Data issued this week suggests that only three out of 32 education authorities have permanently excluded pupils from secondary school to any significant extent: Aberdeen, East Lothian and Highland have parted company with 139 pupils.
But the total number of exclusions is actually 155, the difference being accounted for by four authorities where the numbers are between zero and five and therefore too small to be counted. Every other authority submitted a zero return.
A similar picture emerges in the primary sector, with Aberdeen, East Lothian and Highland accounting for the bulk of the 30 permanent exclusions.
The explanation, according to Russell Forrest, pupil support services manager in Edinburgh, is the Scottish Office's decision to regard permanent exclusions as a withdrawal from the school register. Edinburgh and Glasgow insist that pupils should remain a statistic on the register until an alternative placement has been found. "We regard that as good practice," Mr Forrest says.
Edinburgh's own figures show 53 permanent exclusions from secondary schools and 15 from primary. Mr Forrest says these figures were returned to the Scottish Office but it refused to publish them along with the council's reservations.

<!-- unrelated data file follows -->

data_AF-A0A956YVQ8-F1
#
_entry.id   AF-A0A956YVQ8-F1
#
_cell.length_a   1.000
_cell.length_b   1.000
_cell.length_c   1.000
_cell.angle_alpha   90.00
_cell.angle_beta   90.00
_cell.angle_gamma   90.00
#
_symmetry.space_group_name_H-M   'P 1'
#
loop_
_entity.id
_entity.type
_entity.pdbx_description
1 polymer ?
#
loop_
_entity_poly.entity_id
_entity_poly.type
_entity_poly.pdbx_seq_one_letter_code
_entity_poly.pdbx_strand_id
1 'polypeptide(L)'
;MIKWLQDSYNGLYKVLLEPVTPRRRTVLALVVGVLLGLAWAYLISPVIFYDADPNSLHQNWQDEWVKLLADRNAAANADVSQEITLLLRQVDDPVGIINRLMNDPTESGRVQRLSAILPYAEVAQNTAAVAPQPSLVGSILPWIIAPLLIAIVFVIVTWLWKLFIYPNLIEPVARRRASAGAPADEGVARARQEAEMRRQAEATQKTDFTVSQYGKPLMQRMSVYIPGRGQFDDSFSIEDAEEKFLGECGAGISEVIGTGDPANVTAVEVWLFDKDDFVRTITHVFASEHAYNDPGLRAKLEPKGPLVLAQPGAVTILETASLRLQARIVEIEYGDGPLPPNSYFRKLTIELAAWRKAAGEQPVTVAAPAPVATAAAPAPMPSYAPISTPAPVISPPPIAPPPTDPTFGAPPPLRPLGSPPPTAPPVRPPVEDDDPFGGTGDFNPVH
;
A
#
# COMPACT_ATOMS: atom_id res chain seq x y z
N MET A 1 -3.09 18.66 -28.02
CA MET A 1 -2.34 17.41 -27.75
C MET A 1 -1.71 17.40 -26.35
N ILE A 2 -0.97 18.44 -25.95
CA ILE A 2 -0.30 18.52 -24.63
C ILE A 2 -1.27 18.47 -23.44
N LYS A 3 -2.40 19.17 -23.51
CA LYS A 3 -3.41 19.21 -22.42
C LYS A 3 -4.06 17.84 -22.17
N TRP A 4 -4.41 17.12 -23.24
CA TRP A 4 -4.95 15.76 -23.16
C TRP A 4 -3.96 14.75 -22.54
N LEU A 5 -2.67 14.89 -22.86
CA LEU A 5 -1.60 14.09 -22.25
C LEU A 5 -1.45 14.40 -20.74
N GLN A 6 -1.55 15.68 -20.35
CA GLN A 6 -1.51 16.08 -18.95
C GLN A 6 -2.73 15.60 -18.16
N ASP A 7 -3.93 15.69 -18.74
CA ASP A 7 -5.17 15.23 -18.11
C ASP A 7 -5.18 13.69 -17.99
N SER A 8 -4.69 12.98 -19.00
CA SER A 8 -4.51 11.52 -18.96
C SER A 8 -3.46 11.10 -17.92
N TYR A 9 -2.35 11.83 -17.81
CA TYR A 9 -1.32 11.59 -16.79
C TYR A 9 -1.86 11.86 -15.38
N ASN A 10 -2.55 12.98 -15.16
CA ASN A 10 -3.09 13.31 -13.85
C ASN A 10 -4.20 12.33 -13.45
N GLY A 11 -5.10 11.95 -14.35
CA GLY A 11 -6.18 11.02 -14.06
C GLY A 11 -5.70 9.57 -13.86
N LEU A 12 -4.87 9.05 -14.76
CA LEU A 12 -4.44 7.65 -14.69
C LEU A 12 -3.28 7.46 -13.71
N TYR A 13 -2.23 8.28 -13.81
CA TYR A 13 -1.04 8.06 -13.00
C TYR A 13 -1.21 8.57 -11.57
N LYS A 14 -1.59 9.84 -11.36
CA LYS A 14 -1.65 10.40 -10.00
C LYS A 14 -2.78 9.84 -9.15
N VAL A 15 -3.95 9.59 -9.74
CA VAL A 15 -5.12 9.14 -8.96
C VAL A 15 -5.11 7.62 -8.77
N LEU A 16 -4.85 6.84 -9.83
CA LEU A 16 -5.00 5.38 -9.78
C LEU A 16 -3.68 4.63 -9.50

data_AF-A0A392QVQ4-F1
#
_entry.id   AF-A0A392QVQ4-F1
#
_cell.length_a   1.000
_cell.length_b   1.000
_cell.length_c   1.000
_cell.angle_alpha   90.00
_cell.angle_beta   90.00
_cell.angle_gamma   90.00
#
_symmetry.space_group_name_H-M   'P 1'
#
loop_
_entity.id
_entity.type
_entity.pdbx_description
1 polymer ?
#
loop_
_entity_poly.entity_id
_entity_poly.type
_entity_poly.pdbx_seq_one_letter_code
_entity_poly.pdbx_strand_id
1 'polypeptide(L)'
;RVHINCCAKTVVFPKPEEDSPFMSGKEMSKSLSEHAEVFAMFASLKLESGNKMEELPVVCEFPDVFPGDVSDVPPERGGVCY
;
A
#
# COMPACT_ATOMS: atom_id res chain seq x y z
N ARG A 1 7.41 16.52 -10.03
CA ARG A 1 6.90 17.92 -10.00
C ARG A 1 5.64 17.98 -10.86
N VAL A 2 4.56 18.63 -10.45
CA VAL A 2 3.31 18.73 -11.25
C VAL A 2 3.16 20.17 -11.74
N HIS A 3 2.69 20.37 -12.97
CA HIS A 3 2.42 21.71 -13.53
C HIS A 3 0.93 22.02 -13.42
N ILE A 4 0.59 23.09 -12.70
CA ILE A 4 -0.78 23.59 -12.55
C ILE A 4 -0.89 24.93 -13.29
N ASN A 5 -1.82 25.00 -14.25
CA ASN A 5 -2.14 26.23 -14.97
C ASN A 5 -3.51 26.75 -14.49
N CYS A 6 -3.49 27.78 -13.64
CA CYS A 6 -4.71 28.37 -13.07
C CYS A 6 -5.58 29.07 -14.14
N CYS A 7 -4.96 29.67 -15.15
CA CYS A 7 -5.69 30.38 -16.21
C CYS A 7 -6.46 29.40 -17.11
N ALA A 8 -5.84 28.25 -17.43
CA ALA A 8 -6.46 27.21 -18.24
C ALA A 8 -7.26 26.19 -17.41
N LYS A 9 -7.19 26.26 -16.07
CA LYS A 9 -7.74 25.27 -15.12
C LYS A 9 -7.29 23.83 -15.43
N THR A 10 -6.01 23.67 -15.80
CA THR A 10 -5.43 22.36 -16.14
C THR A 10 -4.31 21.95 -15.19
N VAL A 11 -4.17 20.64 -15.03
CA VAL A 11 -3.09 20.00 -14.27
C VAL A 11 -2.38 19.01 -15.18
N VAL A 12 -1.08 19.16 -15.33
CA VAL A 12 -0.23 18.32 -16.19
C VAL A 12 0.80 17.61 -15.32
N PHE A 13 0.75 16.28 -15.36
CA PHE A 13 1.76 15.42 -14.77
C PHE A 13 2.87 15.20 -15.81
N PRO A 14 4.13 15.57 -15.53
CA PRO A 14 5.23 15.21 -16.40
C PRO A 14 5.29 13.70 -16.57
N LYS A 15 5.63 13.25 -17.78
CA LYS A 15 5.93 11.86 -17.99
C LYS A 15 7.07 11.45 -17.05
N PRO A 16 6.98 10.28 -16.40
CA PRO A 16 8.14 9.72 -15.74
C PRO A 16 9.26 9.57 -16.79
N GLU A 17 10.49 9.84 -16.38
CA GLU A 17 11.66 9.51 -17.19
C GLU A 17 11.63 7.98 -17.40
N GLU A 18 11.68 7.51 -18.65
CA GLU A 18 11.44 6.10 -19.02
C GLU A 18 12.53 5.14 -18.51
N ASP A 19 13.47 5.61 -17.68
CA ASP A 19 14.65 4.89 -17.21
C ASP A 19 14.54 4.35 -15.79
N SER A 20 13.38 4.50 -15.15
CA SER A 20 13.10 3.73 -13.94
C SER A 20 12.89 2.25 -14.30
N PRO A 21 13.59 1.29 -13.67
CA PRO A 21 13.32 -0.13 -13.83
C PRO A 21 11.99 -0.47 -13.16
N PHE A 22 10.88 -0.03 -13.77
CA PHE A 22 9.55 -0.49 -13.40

Raymond Robertson, the Education Minister, admitted concern over the figures on Monday and promised action when the Moray House Institute study into exclusions is published.
Local authorities are particularly annoyed by the insistence on treating temporary exclusions as unauthorised absences. "Edinburgh and a large number of other authorities regard a temporary exclusion as approved leave because it is executive action taken by the headteacher," Mr Forrest comments. "It is not the parents' fault, so how can it be viewed as unauthorised?" The four east central Scotland councils have continued the policy inherited from Lothian Region and were furious at the statement that "Edinburgh, East Lothian, Midlothian and West Lothian were unable to provide data for temporary exclusions".
The Scottish Office acknowledges that comparisons between education authorities "should be treated with great caution". That is "the understatement of the year", Mr Forrest observed.